Gallium(III) telluride

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Gallium(III) telluride[1]
Other names
gallium telluride, gallium sesquitelluride, digallium (III) trirelluride
ECHA InfoCard 100.031.528
Molar mass 522.25 g/mol
Appearance cubic crystals
Density 5.57 g/cm3
Melting point 790 °C (1,450 °F; 1,060 K)
Related compounds
Other anions
gallium(III) oxide, gallium(III) sulfide, gallium(III) selenide, gallium triiodide
Other cations
aluminium(III) telluride, indium(III) telluride
Related compounds
gallium(II) telluride
Except where otherwise noted, data are given for materials in their standard state (at 25 °C [77 °F], 100 kPa).
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Infobox references

Gallium(III) telluride (Ga2Te3) is a chemical compound classified as a metal telluride. At room temperature gallium(III) telluride is an odorless, black, brittle crystalline solid and is a semiconductor of the III-VI type that crystallizes in a lattice structure.[2]


Gallium(III) telluride is most commonly synthesized through the solid-state reaction of trimethylgallium and a telluride oxide complex under high temperatures. It is also possible to synthesize the compound by reacting elemental gallium and elemental tellurium at high temperatures.[3]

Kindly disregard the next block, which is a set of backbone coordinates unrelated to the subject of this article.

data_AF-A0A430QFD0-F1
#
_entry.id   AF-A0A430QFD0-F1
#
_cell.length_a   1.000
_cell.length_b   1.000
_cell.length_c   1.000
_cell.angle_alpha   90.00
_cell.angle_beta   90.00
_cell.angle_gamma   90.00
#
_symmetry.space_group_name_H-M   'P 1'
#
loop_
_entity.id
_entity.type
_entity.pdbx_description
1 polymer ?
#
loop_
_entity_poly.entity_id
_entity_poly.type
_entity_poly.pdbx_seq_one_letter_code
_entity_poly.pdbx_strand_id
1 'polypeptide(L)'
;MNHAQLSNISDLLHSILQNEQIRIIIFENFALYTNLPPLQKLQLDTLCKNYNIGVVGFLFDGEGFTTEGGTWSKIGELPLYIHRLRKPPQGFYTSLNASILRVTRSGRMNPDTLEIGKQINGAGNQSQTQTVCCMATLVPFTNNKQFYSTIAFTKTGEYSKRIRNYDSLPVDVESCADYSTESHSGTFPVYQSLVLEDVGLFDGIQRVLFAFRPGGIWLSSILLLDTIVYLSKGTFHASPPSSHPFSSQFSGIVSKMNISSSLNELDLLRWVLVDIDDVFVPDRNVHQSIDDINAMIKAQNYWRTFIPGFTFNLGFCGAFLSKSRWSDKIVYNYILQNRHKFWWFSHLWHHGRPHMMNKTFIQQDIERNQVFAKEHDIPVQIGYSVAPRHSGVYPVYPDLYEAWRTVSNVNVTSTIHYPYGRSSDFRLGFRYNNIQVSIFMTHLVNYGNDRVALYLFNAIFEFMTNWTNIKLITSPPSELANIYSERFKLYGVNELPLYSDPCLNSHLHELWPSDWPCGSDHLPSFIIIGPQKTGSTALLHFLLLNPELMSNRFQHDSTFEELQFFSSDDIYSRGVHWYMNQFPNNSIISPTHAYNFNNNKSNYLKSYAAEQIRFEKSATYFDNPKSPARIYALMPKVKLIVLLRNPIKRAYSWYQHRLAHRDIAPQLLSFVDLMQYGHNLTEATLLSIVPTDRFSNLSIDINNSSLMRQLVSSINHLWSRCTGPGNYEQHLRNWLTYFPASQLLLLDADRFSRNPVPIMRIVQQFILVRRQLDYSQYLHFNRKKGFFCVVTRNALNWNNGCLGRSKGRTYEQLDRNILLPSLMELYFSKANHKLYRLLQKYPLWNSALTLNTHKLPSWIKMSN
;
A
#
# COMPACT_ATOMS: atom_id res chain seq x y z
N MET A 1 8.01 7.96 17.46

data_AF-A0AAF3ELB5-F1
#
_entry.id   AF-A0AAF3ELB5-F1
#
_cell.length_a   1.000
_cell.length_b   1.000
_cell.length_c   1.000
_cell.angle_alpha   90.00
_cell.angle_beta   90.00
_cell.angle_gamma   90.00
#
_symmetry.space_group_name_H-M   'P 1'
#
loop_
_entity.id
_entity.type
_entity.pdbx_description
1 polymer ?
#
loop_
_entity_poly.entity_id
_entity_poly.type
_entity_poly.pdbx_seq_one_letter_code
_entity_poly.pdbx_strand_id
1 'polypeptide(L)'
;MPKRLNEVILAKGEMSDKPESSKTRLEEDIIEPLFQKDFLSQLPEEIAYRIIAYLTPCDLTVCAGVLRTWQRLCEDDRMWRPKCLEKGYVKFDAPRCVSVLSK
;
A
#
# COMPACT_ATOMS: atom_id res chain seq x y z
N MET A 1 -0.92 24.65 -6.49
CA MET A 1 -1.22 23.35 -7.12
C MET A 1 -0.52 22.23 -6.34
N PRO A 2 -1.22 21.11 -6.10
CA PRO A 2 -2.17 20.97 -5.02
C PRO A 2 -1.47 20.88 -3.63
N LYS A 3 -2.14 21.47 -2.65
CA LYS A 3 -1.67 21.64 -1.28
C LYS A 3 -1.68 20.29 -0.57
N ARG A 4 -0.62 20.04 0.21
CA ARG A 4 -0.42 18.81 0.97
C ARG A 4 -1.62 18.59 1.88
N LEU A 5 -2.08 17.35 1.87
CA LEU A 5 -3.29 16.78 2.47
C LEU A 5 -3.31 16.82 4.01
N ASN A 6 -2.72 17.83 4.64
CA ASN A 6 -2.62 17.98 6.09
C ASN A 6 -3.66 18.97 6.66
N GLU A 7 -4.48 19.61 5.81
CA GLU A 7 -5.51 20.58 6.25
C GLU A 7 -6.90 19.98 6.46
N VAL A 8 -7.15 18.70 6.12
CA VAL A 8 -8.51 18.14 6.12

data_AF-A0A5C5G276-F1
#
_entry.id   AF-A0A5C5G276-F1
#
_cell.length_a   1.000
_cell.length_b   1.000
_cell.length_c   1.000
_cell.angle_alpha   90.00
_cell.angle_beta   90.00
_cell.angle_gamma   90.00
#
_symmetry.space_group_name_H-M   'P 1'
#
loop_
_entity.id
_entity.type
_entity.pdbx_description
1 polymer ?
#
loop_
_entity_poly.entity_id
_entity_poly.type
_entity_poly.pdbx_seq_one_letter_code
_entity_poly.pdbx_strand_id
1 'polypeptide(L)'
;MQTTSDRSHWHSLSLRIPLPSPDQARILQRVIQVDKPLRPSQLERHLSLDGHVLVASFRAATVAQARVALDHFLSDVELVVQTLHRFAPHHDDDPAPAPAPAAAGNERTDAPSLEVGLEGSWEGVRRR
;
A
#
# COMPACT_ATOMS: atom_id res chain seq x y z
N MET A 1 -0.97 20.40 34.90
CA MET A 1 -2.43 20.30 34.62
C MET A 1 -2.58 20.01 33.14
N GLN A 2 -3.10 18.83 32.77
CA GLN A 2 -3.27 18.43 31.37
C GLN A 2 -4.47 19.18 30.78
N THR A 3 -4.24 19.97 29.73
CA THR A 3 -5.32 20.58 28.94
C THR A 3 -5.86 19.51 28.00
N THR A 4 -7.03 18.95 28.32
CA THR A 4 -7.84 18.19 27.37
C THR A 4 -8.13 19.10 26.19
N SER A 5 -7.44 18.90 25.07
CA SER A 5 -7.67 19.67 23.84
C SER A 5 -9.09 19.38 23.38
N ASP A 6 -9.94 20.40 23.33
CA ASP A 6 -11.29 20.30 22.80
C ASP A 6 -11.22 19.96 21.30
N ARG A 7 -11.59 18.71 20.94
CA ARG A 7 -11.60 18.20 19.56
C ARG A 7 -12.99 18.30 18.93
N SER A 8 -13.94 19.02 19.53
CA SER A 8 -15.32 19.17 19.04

Physical Properties[edit]

At room temperature Gallium (III) telluride is a black, odorless, brittle crystal. The compound crystallizes in a four-coordinate tetrahedral structure.[4] The crystal is not immediately reactive or flammable, though serious protective ware should be worn while handling this compound (see toxicity). Gallium (III) telluride has a melting point of 788 °C to 792 °C and is not soluble in water.[5]

Chemical Properties[edit]

Gallium (III) telluride is stable at room temperature. The compound is relatively un-reactive, and there are no known materials with which it is incompatible. Gallium (III) telluride will over time emit telluride fumes and it naturally decomposes. There is no risk of hazardous polymerization.


The toxicological properties of Gallium (III) telluride have not been thoroughly investigated. However elemental tellurium has relatively low toxicity. It is converted in the body to dimethyl telluride which imparts a garlic-like odor to the breath and sweat. Heavy exposures may, in addition, result in headache, drowsiness, metallic taste, loss of appetite, nausea, tremors, convulsions, and respiratory arrest.[5] Proper precautions should be taken when handling this compound, including lab goggles and safety gloves. This compound should be handled in a well ventilated area.[5]



Gallium (III) telluride is a p-type semiconductor of the III-VI type.[2] Currently its use in industry is relatively limited but further application are being explored, especially as its use in a thin film and for applications in laser diodes and solar cells.[6]


The medical uses of gallium (III) telluride are still being investigated [2]

Other Uses[edit]

Gallium (III) telluride has been used in the production of sputtering targets, used for semiconductor, chemical vapor deposition (CVD) and physical vapor deposition (PVD) display and optical applications.[7] High-purity gallium(III) telluride is commercially available in many crystalline and polycrystalline forms.[8]